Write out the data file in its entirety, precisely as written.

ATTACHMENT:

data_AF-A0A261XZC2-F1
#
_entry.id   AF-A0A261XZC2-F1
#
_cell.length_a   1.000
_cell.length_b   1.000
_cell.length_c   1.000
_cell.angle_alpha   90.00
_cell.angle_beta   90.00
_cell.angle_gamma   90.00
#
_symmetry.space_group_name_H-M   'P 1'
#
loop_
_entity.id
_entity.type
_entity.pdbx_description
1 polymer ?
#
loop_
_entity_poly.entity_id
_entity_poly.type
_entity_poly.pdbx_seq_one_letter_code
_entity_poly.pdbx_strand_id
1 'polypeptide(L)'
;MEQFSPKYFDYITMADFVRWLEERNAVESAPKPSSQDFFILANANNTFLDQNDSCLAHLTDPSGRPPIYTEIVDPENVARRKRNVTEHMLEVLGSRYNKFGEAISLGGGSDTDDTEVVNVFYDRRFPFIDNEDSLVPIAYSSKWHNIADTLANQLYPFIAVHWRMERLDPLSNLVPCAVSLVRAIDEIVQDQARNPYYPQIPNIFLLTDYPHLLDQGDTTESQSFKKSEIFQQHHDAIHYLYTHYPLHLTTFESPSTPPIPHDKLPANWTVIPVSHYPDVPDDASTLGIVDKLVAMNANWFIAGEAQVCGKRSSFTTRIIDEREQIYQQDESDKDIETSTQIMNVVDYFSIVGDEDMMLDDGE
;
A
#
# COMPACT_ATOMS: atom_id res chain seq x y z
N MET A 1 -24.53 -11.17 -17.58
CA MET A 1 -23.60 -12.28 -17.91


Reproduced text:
data_AF-A0A261XZC2-F1
#
_entry.id   AF-A0A261XZC2-F1
#
_cell.length_a   1.000
_cell.length_b   1.000
_cell.length_c   1.000
_cell.angle_alpha   90.00
_cell.angle_beta   90.00
_cell.angle_gamma   90.00
#
_symmetry.space_group_name_H-M   'P 1'
#
loop_
_entity.id
_entity.type
_entity.pdbx_description
1 polymer ?
#
loop_
_entity_poly.entity_id
_entity_poly.type
_entity_poly.pdbx_seq_one_letter_code
_entity_poly.pdbx_strand_id
1 'polypeptide(L)'
;MEQFSPKYFDYITMADFVRWLEERNAVESAPKPSSQDFFILANANNTFLDQNDSCLAHLTDPSGRPPIYTEIVDPENVARRKRNVTEHMLEVLGSRYNKFGEAISLGGGSDTDDTEVVNVFYDRRFPFIDNEDSLVPIAYSSKWHNIADTLANQLYPFIAVHWRMERLDPLSNLVPCAVSLVRAIDEIVQDQARNPYYPQIPNIFLLTDYPHLLDQGDTTESQSFKKSEIFQQHHDAIHYLYTHYPLHLTTFESPSTPPIPHDKLPANWTVIPVSHYPDVPDDASTLGIVDKLVAMNANWFIAGEAQVCGKRSSFTTRIIDEREQIYQQDESDKDIETSTQIMNVVDYFSIVGDEDMMLDDGE
;
A
#
# COMPACT_ATOMS: atom_id res chain seq x y z
N MET A 1 -24.53 -11.17 -17.58
CA MET A 1 -23.60 -12.28 -17.91